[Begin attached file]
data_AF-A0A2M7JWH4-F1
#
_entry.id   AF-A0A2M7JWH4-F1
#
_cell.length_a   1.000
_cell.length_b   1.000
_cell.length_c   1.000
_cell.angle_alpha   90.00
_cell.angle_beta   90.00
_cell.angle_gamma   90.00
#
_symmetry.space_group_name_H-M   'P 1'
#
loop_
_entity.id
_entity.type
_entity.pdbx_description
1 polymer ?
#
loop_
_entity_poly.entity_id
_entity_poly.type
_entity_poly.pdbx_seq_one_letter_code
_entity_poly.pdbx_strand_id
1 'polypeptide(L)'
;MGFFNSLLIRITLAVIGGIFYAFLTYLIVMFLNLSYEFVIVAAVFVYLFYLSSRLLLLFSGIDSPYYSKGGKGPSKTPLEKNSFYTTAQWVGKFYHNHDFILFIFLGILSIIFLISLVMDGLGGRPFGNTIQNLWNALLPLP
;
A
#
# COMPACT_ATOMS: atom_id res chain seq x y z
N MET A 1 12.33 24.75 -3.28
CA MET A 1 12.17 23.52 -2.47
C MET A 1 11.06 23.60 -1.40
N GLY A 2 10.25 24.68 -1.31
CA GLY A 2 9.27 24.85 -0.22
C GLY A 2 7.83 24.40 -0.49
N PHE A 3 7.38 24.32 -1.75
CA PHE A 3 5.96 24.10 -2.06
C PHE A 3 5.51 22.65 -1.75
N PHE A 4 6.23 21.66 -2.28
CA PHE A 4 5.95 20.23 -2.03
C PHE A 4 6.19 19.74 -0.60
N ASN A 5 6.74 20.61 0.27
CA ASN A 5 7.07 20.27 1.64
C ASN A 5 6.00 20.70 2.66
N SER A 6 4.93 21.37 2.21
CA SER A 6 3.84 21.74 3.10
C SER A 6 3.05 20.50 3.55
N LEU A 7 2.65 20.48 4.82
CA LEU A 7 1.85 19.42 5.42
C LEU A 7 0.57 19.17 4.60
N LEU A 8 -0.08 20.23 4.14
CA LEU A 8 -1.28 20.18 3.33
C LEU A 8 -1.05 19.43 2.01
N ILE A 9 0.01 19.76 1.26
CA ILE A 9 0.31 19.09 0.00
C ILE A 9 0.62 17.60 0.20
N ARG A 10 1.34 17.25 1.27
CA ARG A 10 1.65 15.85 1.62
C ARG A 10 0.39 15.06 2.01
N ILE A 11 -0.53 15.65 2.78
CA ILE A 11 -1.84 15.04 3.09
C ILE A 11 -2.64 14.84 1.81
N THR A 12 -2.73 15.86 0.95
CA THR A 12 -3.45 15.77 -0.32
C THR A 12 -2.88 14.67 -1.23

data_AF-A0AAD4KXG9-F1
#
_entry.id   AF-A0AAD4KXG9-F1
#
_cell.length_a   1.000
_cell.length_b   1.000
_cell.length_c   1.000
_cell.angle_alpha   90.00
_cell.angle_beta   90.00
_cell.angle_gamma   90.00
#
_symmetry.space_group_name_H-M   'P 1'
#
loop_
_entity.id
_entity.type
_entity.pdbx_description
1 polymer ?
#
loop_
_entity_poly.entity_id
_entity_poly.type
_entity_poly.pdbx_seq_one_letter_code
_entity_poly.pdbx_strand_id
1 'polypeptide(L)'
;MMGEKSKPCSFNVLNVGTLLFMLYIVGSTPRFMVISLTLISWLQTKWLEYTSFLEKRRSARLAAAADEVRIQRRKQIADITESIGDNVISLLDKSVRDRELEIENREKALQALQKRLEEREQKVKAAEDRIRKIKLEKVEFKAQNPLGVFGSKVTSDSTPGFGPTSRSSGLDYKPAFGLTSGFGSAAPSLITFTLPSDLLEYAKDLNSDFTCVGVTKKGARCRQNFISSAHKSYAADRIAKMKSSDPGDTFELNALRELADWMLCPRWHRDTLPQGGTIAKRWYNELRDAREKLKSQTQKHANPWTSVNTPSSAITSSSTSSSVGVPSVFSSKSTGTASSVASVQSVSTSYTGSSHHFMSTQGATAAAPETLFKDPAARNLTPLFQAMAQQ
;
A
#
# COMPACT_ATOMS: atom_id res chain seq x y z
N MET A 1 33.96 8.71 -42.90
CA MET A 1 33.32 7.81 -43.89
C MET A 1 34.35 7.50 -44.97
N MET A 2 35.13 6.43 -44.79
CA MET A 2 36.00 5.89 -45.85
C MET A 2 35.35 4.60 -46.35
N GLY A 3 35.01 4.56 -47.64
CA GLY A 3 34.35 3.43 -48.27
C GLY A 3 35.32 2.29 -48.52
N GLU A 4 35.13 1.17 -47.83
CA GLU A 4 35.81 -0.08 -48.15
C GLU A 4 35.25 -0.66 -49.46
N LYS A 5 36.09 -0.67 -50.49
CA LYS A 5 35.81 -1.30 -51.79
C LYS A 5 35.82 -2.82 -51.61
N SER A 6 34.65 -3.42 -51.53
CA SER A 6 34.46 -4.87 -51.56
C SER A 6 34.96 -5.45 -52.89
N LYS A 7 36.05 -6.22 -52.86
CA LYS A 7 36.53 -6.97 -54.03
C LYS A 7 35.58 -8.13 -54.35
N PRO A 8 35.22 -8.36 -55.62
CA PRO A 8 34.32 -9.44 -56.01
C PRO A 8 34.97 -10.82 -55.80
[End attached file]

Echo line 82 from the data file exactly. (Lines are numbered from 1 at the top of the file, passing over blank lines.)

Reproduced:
_entity.type